Leviticus 21:14 states: “A widow, or a divorced woman, or one who is degraded by harlotry — such [the high priest] may not take [for a wife]. Only a virgin of his own kin may he take as his wife.”
However, Ezekiel 44:22 says: “They [priests] shall not marry widows or divorced women of the stock of the House of Israel, but only virgins; or they may marry widows who are widows of priests.”
The prohibition of marrying a widow or divorcee is limited to the high priest in Leviticus, while Ezekiel apparently expands the prohibition to all priests. On today’s daf, the rabbis are troubled by this contradiction and seek a resolution.
One solution, cited by Radak and Abarbanel, is that Ezekiel is talking about an ideal future time when priests will all practice a greater level of holiness, closer to that of the high priest. The idea here is that in the future all Israel will ascend a level of holiness. For the time being, priests, who enjoy a more direct connection to God, are meant to serve as exemplars for Israelites. Israelites, in turn, have rituals that actively imitate priests. For instance, tzitzit, ritual fringes worn by all Israel, incorporate expensive dye that emulates the clothes of the high priest. Tzitzit also mix wool and linen, a prohibition (shatnez) only set aside for the priestly garments. And just as Israelites aspire to priestly status, to a closer connection with God, the priests, in the future (argue the rabbis), will aspire to emulate the high priest, who has the most intimate human-divine relationship.
Another solution, cited on our daf, is to reinterpret the verse in Ezekiel. Rava does this in a way that surprises Rav Nahman:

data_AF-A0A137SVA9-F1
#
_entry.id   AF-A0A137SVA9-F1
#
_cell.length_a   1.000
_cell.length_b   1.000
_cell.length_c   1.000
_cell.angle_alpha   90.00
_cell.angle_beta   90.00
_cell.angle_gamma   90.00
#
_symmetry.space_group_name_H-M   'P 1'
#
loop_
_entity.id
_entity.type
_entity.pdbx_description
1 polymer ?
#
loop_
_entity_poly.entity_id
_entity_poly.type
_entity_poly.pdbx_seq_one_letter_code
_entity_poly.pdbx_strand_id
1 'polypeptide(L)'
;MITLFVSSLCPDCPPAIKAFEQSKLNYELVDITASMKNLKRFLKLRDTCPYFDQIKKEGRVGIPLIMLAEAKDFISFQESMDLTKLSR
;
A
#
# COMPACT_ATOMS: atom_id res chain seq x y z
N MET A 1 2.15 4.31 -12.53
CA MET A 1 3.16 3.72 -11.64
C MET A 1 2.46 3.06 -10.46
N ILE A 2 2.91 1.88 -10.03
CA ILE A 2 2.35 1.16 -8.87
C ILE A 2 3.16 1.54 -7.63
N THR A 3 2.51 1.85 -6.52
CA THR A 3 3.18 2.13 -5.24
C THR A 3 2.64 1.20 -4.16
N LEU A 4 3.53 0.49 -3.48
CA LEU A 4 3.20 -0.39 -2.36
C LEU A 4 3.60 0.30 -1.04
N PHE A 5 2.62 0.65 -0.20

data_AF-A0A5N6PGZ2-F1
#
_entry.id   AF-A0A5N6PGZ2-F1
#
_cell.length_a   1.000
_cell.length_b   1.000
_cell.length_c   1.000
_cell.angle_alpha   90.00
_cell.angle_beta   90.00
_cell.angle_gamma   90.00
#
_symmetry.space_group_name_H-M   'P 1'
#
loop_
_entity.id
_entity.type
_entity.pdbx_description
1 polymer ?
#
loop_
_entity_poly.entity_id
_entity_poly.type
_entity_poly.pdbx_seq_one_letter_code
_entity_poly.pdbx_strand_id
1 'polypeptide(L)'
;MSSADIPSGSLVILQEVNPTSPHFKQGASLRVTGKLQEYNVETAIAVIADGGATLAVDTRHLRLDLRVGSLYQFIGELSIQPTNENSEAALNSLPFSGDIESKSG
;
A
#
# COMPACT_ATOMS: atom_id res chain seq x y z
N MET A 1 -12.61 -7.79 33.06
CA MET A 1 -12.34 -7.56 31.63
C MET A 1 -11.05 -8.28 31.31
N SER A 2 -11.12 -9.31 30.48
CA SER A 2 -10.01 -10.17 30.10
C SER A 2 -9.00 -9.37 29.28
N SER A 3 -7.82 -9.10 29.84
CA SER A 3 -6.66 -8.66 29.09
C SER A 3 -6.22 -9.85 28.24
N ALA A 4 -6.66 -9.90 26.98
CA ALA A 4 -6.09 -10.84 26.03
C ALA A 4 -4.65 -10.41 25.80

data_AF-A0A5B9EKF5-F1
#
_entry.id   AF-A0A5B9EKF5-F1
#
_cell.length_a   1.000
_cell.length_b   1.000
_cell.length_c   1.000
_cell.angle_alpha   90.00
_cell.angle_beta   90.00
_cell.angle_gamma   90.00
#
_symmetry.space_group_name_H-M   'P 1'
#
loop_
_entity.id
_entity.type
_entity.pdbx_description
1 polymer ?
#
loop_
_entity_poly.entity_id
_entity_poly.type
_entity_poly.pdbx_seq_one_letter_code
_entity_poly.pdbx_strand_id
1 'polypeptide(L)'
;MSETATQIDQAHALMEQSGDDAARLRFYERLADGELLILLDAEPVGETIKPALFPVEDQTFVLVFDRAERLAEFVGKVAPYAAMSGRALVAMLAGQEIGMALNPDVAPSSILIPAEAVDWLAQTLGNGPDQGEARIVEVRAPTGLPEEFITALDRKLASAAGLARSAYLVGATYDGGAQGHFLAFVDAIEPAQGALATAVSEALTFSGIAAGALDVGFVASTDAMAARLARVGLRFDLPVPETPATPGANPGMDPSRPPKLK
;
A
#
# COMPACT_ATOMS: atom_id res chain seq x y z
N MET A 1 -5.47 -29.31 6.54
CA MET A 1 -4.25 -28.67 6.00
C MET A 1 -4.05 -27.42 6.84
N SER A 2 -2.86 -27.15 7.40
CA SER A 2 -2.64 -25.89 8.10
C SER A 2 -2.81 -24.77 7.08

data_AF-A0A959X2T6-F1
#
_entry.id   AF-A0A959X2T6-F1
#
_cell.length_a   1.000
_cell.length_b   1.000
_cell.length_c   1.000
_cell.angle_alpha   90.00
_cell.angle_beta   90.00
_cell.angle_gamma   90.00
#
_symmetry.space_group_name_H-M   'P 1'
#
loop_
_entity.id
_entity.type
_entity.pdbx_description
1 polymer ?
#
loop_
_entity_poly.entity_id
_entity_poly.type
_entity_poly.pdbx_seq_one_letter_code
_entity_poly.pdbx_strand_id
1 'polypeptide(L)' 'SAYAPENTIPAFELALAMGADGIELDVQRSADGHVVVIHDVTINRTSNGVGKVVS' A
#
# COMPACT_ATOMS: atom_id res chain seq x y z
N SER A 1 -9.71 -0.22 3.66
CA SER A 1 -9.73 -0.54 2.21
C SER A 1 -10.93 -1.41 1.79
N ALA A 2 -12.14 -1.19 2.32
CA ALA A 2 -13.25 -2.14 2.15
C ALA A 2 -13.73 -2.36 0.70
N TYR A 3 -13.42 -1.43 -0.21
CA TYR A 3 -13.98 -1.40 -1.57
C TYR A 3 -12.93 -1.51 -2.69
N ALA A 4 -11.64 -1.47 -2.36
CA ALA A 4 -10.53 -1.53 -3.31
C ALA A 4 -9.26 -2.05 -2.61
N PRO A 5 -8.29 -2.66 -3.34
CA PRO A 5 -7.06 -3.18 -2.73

Rav Nahman said to Rava: Does this verse [from Ezekiel] refer to the high priest in the beginning and a regular priest at the end?!
Rava said to him: Yes.
Rav Nahman: But can a verse be written this way?
Rava: Yes, as it is written: “And the lamp of God had not yet gone out, and Samuel laid down to sleep in the Temple of the Lord” (1 Samuel 3:3). But only the kings of the House of David are allowed to sit in the courtyard of the Tabernacle! Instead, the verse should be interpreted as follows: “And the lamp of God had not yet gone out” — in the Temple of the Lord; “and Samuel laid down” — in his place.
Rava’s solution to the contradictory verses from Leviticus and Ezekiel is to essentially split the verse from Ezekiel in two so that the first part (prohibiting marriage to widows or divorcees) refers to the high priest and the second to regular priests. Rav Nahman finds this interpretation unconvincing, since generally people (and biblical verses) don’t switch subjects mid-sentence without making that clear. Ezekiel gives no indication of such a switch. Rava responds that when a verse contradicts something we know to be true, this is a reasonable way to interpret it. He provides another example, using a verse in Samuel where it seems that when the young prophet was an apprentice in the Tabernacle, he slept inside. However, we know from elsewhere that only a king from the line of David is allowed to recline in the Tabernacle courtyard, as a sign of respect for the king — all others are expected to stand. So, the rabbis split the verse and say that “in the Temple of the Lord” refers to the lamp of God, which was inside, and “Samuel laid down” outside, in the quarters where the Levites slept.
Samuel, who was neither a priest nor a Levite, was apprenticed to Eli, the high priest at the time. Rava’s chosen verse, in a certain way, actually supports the first solution discussed above. Samuel is not a priest, but an Israelite emulating the priests, and he is allowed to serve in God’s abode.
While Rava’s method of splitting a verse may not help us find the peshat (i.e. the simple, literal meaning of the verse) it is not a disingenuous method of reinterpretation. If two verses seem to give two different rules, one must be interpreted in light of the other.
In the end, each of the solutions to the Leviticus/Ezekiel conundrum on today’s daf embeds a message for the rabbis. The first teaches that priests in the future will ascend in holiness. The second inspires reflection on the limits of exemplars, and on the ways in which we struggle to ascend in holiness at the present time.
Read all of Kiddushin 78 on Sefaria.